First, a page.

The speaker's isolation is self-imposed. His relief on coming out of the lecture room is like that of a person getting off of a crowded bus. The speaker wants to learn about stars, but he's not interested in what society considers "knowledge." When he goes outside, however, he can "wander" wherever he wants. In the end, he really isn't so isolated after all because of the connection he feels with the outside world. But the question remains: can this connection last?
Questions About Isolation
If you only read the first three lines, would you think that the poem was set in a crowded lecture hall?
Why is the speaker the only person who doesn't seem to appreciate the lecture? Are the other listeners faking their enthusiasm, or is he just a non-conformist?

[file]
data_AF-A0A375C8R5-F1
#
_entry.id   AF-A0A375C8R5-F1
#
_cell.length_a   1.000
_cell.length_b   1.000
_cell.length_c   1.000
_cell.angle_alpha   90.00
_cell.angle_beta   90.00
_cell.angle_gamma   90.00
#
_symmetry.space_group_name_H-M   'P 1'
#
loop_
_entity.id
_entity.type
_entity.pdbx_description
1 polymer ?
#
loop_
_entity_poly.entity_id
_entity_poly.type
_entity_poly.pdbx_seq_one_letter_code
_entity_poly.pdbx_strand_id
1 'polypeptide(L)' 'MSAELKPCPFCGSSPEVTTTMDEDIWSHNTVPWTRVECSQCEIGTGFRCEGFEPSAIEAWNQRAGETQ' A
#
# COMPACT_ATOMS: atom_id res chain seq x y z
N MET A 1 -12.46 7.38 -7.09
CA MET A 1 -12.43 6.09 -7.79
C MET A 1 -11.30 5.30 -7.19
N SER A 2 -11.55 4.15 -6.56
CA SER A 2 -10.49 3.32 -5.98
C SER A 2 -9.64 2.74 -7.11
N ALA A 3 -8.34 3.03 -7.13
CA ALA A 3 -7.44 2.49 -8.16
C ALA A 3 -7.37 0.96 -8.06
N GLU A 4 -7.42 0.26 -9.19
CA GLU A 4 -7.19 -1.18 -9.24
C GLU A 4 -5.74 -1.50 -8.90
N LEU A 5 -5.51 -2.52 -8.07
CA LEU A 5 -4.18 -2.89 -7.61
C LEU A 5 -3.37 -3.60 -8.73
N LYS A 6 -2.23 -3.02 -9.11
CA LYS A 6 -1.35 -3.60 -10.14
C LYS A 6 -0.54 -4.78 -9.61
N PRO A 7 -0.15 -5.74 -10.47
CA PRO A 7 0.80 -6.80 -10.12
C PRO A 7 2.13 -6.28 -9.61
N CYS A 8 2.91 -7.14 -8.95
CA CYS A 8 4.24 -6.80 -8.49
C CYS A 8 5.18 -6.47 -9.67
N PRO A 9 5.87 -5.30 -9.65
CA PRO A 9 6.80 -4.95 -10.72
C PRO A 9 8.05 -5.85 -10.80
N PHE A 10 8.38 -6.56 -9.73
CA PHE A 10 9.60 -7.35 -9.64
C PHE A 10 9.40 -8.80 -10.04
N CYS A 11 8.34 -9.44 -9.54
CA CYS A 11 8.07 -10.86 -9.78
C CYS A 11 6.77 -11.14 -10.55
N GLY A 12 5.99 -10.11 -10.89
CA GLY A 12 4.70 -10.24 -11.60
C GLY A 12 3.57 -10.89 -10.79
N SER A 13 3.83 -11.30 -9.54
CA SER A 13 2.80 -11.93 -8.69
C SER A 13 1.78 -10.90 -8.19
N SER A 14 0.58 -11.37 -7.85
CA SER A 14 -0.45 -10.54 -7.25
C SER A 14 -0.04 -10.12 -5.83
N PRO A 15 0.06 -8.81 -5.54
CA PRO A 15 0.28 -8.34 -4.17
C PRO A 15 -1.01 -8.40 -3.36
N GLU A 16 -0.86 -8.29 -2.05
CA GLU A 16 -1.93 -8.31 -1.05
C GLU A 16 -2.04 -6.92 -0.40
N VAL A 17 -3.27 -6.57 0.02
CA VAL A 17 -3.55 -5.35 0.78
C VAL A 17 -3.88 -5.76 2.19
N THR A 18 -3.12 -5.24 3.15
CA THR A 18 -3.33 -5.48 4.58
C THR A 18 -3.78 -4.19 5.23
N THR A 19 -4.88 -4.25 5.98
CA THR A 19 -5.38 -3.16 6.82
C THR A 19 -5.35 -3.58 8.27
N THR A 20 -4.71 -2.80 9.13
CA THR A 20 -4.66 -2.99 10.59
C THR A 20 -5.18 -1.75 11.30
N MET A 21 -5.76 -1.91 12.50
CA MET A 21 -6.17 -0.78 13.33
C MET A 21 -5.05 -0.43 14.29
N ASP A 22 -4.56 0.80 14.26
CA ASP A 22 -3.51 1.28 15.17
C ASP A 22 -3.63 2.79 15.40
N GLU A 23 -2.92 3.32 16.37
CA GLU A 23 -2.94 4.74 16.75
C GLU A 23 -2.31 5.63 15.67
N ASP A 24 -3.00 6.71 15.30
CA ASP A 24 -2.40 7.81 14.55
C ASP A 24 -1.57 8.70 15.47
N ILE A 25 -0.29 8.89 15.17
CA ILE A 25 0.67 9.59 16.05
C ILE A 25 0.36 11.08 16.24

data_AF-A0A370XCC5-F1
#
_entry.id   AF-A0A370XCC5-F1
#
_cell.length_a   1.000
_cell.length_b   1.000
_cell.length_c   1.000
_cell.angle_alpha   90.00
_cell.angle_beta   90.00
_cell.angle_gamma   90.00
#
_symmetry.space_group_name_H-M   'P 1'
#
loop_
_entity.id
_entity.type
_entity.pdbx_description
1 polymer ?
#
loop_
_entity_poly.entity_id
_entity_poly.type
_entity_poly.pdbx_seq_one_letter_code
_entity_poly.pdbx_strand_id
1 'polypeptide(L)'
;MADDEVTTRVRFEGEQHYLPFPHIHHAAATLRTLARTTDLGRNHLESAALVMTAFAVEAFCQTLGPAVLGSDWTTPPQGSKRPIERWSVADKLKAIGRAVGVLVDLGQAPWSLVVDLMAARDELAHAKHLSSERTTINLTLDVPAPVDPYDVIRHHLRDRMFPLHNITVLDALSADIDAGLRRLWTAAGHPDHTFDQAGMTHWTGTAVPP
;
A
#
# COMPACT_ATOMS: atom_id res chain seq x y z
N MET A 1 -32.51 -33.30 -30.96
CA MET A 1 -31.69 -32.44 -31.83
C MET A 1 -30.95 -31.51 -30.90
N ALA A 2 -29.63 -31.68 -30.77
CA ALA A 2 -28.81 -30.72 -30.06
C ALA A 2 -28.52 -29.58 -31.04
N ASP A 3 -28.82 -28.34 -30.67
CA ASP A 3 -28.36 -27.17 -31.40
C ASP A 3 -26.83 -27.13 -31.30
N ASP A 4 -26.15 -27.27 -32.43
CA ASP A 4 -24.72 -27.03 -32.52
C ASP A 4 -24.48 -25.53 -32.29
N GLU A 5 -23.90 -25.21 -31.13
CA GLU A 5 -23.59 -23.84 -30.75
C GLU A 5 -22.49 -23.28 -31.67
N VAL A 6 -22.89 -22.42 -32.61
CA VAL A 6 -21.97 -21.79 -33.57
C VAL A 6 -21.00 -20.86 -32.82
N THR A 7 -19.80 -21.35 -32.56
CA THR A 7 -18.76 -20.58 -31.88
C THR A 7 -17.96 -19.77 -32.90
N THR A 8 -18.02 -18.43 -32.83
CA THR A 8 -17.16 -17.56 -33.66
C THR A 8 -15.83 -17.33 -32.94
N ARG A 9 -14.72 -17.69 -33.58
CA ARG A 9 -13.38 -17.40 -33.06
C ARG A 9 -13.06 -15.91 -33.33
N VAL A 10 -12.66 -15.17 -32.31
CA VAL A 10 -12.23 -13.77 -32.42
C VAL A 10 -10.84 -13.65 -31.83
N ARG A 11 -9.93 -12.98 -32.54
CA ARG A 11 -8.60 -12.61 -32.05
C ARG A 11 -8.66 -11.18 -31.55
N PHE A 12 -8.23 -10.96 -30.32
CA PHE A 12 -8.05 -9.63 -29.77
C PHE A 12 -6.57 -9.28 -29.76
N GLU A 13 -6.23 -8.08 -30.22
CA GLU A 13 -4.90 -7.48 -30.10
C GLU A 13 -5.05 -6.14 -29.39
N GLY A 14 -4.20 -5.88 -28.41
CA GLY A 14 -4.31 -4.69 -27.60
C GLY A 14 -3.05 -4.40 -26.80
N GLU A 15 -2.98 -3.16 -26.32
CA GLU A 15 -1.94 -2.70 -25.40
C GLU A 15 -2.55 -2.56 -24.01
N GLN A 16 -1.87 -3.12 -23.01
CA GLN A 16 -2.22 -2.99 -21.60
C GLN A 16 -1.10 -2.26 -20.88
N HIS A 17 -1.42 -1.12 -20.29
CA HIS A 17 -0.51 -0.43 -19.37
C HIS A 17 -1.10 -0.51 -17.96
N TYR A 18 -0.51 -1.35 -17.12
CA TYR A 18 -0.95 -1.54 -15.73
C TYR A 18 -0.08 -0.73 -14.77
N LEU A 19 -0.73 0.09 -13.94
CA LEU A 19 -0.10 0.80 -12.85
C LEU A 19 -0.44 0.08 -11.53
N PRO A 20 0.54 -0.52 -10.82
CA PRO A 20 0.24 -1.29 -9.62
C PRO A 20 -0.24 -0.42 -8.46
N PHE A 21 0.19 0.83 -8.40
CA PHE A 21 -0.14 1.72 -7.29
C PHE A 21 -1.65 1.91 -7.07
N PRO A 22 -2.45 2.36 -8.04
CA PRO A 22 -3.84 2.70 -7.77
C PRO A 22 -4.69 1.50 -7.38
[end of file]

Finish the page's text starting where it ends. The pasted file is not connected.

Have you ever really disliked something that everyone else around you seemed to love? What did it feel like? Did you want to leave?
Why doesn't the speaker feel lonely at the end of the poem? Do you think he will eventually have to return to society?
Chew on This
The speaker's mystical revelation is dependent on his solitude.
The speaker's mystical revelation is not dependent on his solitude. In fact, it points vaguely toward a communal utopia.